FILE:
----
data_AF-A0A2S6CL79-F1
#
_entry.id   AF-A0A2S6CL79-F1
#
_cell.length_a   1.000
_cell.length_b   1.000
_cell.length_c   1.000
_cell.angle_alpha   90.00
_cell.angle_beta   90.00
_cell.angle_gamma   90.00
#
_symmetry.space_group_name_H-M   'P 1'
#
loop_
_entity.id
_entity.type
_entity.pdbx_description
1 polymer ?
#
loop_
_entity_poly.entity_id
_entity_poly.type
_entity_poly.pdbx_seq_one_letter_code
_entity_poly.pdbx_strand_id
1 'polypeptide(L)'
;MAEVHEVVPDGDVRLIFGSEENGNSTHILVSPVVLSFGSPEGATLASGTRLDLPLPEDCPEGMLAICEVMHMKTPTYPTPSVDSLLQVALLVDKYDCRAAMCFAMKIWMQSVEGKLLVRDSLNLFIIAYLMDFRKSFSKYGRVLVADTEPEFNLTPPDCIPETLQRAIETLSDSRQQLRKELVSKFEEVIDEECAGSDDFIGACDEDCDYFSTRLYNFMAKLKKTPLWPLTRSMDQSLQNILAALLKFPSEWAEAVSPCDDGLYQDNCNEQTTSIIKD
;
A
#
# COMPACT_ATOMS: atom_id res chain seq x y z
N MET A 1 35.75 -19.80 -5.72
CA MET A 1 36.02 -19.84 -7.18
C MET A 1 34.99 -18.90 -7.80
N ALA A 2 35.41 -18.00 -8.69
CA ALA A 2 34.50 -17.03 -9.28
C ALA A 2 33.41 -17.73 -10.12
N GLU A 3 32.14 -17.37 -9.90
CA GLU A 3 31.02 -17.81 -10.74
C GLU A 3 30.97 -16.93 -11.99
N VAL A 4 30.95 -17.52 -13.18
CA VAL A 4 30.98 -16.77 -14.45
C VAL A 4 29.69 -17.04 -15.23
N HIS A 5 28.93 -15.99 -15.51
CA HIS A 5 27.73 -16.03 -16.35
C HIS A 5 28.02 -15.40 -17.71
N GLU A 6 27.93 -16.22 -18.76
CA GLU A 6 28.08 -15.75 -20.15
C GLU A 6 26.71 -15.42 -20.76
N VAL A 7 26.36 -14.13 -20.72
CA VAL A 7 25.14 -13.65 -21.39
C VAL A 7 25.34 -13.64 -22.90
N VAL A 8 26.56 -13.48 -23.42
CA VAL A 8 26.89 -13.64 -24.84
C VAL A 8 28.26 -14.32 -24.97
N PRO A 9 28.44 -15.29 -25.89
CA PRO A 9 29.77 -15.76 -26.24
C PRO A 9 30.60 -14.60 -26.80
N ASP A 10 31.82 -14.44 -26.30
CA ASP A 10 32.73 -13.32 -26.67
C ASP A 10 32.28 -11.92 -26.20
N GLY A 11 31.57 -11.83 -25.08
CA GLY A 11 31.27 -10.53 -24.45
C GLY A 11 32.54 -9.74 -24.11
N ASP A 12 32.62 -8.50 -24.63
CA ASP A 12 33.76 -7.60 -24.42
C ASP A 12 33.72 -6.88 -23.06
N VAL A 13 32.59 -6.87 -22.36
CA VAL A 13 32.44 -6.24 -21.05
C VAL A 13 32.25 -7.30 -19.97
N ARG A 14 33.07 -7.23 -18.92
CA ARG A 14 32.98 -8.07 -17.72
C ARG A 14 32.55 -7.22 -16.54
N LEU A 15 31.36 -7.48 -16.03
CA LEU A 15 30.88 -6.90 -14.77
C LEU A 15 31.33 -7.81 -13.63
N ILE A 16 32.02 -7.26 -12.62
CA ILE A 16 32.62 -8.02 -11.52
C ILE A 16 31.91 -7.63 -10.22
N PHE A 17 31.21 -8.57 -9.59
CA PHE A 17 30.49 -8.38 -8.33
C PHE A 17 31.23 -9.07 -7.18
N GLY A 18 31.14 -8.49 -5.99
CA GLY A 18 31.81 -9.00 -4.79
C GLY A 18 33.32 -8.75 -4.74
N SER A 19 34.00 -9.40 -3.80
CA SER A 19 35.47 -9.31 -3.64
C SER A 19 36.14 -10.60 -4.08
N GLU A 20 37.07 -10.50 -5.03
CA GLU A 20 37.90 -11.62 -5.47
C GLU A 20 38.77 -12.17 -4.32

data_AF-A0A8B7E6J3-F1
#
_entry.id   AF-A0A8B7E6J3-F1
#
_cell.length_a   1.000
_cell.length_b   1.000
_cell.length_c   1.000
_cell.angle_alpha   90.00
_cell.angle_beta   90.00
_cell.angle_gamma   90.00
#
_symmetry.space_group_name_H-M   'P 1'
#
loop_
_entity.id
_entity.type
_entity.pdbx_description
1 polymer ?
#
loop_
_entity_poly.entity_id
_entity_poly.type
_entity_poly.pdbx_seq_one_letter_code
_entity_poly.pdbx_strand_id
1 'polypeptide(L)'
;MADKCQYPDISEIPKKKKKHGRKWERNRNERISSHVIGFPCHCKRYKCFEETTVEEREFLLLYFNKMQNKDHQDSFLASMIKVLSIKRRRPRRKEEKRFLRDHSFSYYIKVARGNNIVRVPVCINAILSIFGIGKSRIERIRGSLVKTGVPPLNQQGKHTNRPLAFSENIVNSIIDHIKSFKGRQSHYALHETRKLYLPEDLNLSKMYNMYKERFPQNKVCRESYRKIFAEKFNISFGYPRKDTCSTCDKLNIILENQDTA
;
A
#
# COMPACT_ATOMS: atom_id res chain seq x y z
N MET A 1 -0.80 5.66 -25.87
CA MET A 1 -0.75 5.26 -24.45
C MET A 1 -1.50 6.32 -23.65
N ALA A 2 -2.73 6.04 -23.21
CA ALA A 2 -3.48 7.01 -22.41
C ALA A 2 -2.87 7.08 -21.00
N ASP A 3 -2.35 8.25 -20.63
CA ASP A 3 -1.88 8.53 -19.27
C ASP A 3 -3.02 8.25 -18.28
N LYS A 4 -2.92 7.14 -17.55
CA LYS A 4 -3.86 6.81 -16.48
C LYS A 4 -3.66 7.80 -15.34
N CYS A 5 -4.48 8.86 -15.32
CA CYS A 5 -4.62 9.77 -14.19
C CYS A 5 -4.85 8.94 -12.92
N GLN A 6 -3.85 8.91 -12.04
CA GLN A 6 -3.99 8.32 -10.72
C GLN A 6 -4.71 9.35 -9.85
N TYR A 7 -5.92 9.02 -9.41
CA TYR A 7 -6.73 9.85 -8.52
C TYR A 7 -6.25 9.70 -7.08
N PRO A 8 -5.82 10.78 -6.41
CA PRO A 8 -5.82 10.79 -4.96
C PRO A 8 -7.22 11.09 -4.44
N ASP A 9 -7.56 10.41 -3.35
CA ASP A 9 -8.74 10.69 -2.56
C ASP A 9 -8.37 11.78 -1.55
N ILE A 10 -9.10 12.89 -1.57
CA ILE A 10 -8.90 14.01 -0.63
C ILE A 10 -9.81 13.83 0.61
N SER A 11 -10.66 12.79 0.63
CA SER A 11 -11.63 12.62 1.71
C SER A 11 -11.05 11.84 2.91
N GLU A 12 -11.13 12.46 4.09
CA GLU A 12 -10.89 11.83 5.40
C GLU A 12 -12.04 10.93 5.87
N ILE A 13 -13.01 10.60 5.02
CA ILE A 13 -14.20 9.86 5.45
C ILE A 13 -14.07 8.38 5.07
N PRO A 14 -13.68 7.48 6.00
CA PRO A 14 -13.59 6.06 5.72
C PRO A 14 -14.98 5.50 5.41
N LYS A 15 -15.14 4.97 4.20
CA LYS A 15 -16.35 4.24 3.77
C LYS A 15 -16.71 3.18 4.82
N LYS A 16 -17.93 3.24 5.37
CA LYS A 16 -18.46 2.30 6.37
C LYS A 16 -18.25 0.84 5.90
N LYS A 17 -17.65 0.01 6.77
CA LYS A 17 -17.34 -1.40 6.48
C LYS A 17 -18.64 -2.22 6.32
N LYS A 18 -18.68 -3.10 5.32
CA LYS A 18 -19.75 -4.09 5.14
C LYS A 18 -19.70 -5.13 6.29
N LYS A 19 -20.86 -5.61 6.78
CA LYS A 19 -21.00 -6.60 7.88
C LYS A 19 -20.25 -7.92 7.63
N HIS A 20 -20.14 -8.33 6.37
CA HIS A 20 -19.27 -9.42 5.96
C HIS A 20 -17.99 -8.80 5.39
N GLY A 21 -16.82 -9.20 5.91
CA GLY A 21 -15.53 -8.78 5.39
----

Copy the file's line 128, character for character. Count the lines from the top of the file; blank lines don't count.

CA ASP A 3 -1.88 8.53 -19.27